Frontal bossing is an unusually prominent forehead, sometimes associated with a heavier than normal brow ridge.
is seen only in a few rare syndromes, including acromegaly, a chronic disorder caused by too much growth hormone, which leads to enlargement of the bones of the face, jaw, hands, feet, and skull.
Common Causes ...
What Is Frontal Bossing?
Frontal bossing is a medical term used to describe a prominent, protruding forehead. This symptom is the main marker of many conditions, including many issues that affect a person's hormones, bones, and/or stature.
Large anterior fontanel
Premature closing of skull bones
Depressed nasal bridge
Stenotic external auditory canals ...
There is a typically large head with prominence of the forehead (frontal bossing), underdevelopment (hypoplasia) of the midface with cheekbones that lack prominence, and a low nasal bridge with narrow nasal passages.
The forehead and overlying skin is thickened, sometimes leading to . There is a tendency towards mandibular overgrowth with prognathism, maxillary widening, tooth separation and jaw malocclusion.
Frontal-orbital advancement (Craniosynostosis repair)
Frontotemporal dementia (Pick's disease)
Frostbite - hands
Frozen foods vs. fresh or canned (Foods - fresh vs. frozen or canned) ...
" Characteristic craniofacial features may include an abnormally large head (macrocephaly) with a bulging forehead (); widely spaced eyes (ocular hypertelorism) that are abnormally prominent; a small, ...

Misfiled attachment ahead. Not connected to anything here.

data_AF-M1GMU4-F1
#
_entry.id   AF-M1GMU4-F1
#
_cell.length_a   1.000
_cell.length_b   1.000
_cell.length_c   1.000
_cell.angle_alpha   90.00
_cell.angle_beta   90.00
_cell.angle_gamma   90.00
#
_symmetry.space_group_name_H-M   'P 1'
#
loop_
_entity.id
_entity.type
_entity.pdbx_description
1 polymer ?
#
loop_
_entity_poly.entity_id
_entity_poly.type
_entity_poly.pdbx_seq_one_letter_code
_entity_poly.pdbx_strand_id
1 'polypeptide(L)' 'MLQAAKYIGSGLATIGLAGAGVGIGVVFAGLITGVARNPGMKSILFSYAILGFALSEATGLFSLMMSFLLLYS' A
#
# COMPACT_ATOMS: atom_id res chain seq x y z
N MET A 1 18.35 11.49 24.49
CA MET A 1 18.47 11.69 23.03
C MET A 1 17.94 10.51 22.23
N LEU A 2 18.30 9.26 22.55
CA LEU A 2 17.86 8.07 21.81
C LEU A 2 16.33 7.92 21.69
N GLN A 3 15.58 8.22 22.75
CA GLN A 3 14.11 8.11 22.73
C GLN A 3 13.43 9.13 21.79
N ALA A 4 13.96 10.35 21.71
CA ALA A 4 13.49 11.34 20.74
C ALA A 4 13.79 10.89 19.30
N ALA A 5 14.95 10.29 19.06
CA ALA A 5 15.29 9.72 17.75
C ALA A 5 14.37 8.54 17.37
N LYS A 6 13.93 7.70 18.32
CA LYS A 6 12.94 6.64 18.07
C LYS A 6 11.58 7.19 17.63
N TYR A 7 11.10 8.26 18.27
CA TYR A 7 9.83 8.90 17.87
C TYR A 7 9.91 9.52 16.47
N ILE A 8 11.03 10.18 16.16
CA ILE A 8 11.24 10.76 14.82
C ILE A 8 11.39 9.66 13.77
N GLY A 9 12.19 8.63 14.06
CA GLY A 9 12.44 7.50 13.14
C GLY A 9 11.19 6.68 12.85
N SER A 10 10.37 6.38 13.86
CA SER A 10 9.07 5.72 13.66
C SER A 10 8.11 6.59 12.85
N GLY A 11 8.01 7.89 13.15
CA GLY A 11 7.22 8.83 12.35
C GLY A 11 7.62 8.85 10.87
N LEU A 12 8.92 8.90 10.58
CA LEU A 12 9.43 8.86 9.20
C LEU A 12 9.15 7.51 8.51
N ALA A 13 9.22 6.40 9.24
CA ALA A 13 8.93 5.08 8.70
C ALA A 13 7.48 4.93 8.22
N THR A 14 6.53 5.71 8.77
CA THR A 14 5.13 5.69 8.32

People with ED often have certain cranial-facial features which can be distinctive, frontal bossing is common, longer or more pronounced chins are frequent, broader noses are also very common.
Individuals with achondroplasia have short stature caused by rhizomelic shortening of the limbs, characteristic faces with and mid-face hypoplasia, exaggerated lumbar lordosis, limitation of elbow extension and rotation, bow legs , ...
Achondroplasia is a rare genetic disorder characterized by an unusually large head (macrocephaly) with a prominent forehead (frontal bossing) and flat (depressed) nasal bridge; short upper arms and legs (rhizomelic dwarfism), ...
In addition to short stature, people with 3-M syndrome have a triangle-shaped face with a broad, prominent forehead () and a pointed chin; the middle of the face is less prominent (hypoplastic midface).
eye inflammation, characteristic frontal bossing (protrusion of the forehead) and protruding eyes
shortening of distal limbs giving rise to growth retardation
muscle and tissue wasting.
How is it diagnosed?
Conduction deafness and cleft palate with broad nasal root and , wide spacing of toes, broad thumbs and great toes, and often other signs of generalised bone dysplasia; X-linked recessive inheritance.
Prominent forehead (frontal bossing)
Shortened arms and legs (especially the upper arm and thigh)
Short stature (significantly below the average height for a person of the same age and sex)
Spinal stenosis ...
Characteristic facial features may include a triangular-shaped face with a small, pointed chin; an abnormally prominent forehead ()
Precocious sexual development, Cryptorchidism ...
Fractional excretion of sodium
Fractured clavicle in the newborn
Fragile X syndrome
Frequent or urgent urination
Frozen shoulder ...
have abnormal bone growth that causes the following clinical symptoms: short stature with disproportionately short arms and legs, short fingers, a large head (macrocephaly) and specific facial features with a prominent forehead () and ...
See also: Mutation, Pediatrics, Hormone, Autosomal dominant, Dwarfism